Market Bounce Raises Questions
After sliding more than 6% over nearly four weeks, the Dow Industrials and Dow Transports have bounced on bargain-hunting and signs of stabilization at Japan's troubled nuclear facility. Both averages are within 4.5% of their mid-February highs — 12,391.25 on the Industrials and 5,298.10 on the Transports — and a close above those points would reconfirm the bullish primary trend. For now, as a partial hedge, our buy lists hold 12% to 15% in Vanguard Short-Term Investment-Grade ($10.75; VFSTX), a relatively low-risk bond fund.
Three things must happen for a bear-market signal under the Dow Theory. First, the Industrials and Transports must suffer significant corrections. Second, one or both averages must fail to rally above their precorrection highs in their subsequent rebounds. Third, both averages must drop below the lows established in the correction.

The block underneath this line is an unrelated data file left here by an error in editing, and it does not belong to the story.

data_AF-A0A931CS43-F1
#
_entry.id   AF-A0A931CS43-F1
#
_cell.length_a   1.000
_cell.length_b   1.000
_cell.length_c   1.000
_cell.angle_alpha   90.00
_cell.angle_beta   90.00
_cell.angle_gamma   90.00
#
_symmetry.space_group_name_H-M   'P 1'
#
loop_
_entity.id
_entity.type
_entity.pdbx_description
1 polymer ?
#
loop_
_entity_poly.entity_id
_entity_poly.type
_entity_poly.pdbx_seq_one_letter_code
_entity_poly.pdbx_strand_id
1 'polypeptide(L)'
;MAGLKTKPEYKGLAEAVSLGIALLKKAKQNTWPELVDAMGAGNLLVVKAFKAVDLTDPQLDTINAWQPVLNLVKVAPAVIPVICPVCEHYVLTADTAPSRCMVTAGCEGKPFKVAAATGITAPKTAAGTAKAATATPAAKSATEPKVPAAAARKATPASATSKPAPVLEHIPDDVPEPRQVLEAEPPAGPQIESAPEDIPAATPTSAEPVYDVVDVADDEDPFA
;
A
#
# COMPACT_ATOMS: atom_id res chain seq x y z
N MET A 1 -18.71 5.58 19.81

While that sounds simple enough, the question of whether the averages have suffered a significant correction can lead to some borderline decisions. Under the Dow Theory, significant corrections typically retrace 33% to 67% of the preceding advance over three to 12 weeks.
At the closing lows reached March 16, the Industrials had retraced 32% of the August-to-February advance, versus 29% for the Dow Transports. So, the question is whether the declines from mid-February to March 16 qualify as significant, even though neither met the strict parameters of a secondary correction. If those declines qualify as significant, the March 16 closing lows of 11,613.30 and 4,950.00 would represent significant points, meaning closes below those points could represent a bear-market signal.
At this point, after a three-day bounce in the averages, concluding that the March 16 lows are significant seems premature. Still, a close below those levels would be a discouraging development. A rebound to new highs in both averages would be bullish. For new buying, top year-ahead picks include Apple ($341; AAPL), Exxon Mobil ($83; XOM), and IBM ($158; IBM).